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Friday 29 July 2016

Review: 40 Shillings On The Drum @ Churchill Square Brighton

Busk Stop is a competition that has attracted musicians, crowds and over a million online fans  to Brighton's Churchill Square Shopping Centre, as local musicians are given the chance to win a day in a recording studio – as well as gaining huge online exposure.

One of the bands attracting the largest turn out were Brighton's, 40 Shillings On The Drum. 

Hailing from Brighton and armed to the teeth with an array of songs about life, love, friendship, and getting smashed out of your brain, they are ready to take on the world, one town at time.

The band's lead singer and lyricist Dan Scully said: 

"After a year of writing and rehearsing .. we are all extremely excited about getting our music out there - we're working hard to write the best songs we possibly can and are confident, that the hard work will pay off."

The band turned up for their mid-afternoon slot to find a large crowd awaiting their forty-minute set.

Scully introduced the folk-rock collective to a round of encouraging applause, and they were away.

Opener Ode To Old Reilly set the tone of a band big on musicianship and melody - and intelligent lyrics with both a meaning and enough hooks to get under the skin of even the most hardened music lover.  

Churchill Square Centre Director Mark Buchanan-Smith - who liked the band enough to offer them a slot as part of the Centre's Busk Stop initiative - said:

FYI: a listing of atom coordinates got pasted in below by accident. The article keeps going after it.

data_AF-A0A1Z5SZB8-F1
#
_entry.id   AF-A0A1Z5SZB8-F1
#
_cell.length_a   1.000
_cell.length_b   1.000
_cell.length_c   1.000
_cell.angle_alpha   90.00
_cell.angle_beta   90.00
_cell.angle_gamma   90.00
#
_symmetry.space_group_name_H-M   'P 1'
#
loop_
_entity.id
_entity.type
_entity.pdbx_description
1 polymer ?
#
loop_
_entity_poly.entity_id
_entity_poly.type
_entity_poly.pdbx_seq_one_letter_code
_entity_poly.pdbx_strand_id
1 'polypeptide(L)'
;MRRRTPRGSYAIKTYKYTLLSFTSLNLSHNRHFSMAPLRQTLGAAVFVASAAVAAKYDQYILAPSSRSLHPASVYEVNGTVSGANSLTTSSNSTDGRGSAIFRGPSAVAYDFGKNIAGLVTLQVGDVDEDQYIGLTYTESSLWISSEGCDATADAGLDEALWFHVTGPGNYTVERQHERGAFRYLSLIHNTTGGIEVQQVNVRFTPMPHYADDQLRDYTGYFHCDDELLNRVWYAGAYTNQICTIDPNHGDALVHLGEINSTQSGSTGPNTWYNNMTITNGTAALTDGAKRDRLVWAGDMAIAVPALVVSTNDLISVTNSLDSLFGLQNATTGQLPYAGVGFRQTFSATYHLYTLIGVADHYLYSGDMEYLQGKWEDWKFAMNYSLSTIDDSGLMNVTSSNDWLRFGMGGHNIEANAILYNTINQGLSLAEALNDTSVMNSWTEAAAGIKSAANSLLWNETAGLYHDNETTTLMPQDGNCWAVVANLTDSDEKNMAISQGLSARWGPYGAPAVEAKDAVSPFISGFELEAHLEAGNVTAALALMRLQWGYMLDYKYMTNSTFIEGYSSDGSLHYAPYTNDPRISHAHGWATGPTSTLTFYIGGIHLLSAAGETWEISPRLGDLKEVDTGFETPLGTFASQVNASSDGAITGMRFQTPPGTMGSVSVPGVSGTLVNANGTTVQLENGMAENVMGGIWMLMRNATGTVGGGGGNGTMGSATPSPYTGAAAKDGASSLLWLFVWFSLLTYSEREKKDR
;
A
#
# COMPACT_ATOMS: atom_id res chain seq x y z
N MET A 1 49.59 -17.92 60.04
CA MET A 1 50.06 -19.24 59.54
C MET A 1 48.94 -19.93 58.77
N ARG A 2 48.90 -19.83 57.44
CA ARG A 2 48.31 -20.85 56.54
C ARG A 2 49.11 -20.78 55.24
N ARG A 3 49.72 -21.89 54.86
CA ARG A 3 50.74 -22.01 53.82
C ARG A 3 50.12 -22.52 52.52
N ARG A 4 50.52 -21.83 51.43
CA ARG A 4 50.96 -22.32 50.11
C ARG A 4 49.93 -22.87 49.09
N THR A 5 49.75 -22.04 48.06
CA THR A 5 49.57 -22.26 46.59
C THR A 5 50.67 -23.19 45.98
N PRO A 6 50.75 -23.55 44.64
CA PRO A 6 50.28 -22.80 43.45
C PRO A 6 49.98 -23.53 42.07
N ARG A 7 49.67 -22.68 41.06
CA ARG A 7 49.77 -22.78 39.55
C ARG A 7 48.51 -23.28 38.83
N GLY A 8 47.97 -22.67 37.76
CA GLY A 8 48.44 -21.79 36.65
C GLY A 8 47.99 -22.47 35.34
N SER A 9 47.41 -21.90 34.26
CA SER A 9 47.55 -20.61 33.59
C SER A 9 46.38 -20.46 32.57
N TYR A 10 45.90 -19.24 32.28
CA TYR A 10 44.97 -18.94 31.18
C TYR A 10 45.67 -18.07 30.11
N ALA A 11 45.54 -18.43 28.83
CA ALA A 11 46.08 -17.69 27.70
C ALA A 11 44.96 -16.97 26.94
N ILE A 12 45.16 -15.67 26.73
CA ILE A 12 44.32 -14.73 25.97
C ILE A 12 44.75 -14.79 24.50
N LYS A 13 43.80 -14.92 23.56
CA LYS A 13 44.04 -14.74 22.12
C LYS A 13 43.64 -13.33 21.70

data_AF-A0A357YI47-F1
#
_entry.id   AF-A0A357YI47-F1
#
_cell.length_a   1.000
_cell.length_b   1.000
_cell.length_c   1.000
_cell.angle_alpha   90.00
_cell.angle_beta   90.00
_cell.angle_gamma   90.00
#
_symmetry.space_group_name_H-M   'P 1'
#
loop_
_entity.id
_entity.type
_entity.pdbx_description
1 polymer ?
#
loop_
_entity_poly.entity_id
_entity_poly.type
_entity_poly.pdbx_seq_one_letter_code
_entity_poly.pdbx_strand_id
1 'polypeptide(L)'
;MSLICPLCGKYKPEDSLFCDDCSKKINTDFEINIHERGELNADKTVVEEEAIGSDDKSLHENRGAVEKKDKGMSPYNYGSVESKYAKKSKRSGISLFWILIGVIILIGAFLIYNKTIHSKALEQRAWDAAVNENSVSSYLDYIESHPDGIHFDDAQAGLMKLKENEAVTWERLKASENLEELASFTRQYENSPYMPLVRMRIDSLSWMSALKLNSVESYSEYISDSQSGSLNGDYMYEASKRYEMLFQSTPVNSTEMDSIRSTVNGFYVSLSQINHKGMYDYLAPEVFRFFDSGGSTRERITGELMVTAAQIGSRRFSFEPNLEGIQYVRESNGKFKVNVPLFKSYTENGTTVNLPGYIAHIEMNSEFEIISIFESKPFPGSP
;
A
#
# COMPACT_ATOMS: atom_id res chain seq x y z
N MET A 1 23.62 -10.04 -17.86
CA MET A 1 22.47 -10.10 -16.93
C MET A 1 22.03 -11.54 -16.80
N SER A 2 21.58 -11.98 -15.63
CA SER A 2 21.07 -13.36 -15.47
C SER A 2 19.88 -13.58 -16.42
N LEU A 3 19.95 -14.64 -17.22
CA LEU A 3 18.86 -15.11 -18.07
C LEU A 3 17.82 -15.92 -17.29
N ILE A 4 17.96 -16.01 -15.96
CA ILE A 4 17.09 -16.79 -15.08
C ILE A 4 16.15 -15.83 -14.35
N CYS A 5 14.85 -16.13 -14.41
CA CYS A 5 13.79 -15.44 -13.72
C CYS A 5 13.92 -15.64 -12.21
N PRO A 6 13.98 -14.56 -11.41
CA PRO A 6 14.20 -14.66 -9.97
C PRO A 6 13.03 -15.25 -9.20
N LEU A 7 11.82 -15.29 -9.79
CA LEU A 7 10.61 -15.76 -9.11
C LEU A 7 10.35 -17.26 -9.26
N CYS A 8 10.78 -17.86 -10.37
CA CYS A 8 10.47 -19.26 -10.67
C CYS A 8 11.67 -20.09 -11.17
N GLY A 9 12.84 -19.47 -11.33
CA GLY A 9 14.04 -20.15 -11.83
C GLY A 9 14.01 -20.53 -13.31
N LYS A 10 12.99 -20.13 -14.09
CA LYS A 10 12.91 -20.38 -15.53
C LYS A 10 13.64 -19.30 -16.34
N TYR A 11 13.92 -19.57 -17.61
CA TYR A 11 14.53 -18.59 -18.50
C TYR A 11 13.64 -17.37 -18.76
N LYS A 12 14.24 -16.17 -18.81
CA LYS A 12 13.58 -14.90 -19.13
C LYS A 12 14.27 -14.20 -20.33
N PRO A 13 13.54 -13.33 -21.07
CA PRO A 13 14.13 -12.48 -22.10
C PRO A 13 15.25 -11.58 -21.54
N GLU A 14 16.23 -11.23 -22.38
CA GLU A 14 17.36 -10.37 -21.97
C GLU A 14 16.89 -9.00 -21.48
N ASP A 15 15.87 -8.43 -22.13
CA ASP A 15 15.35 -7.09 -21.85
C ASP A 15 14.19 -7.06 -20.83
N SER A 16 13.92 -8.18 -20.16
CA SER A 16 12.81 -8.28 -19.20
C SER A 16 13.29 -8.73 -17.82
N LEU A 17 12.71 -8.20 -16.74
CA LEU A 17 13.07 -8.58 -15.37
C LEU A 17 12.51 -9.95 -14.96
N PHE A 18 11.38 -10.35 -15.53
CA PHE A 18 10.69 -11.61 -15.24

"The standard of entry has been just superb .. it's been fantastic to see the response of the shoppers as the musicians perform in our lower mall," 

The band soldiered on through their six-song set of original material that culminated in the already popular Brighton Belle. A song that could be to 40 Shillings On The Drum what Fisherman's Blues is to The Waterboys.

The roots of the band go back to The Flogging Molly Salty Dog Cruise 2015 — a voyage like no other. 

An epic adventure from Miami to the Bahamas that was the inspiration that Scully  had been looking for.

After gigging for several years in the indie-rock outfit Left Hand Red, followed by a dip in experimental waters with electronic-rock band Give Her the Gun, it was time for something new. 

The epiphany Scully had upon the seas of the Caribbean was much more aligned with his own musical loves. 

A genre he held dear had been tapping on his shoulder for a long while but either through blindness or ignorance, he had not acknowledged it. 

It soon became crystal clear that a folk-rock direction was the answer. A place where he could share his own stories, both personal and otherwise, in a way he had never before.

With wide-eyes and open ears, long-term comrade and drummer Danny Woodford, listened intently alongside new acquaintance, Steve Cobley, a guitarist with lightning-fingered capabilities.. 

Like hound dogs on the scent trail, they were soon led to Seb Cole, a talented musician, producer and key tinkerer extraordinaire.

Finding other people with the same passion was a more difficult task. 

Remaining resilient against the perils of disappointment and frustration, their patience paid off in June 2016 with the double addition of tea and biscuits disciple, Barry Bloye, on bass, and the ferocious fiddling of cider-loving, Sue Buckler.

40 Shillings On The Drum continue their quest for world domination at The Engineer Charity Bash, in Newhaven, on Saturday 30th July (onstage 5.30pm - entry £3) - and The Hub, Kings Road Arches, on Friday 19th August (entry £4). CLICK HERE for more info..



by: Mike Cobley


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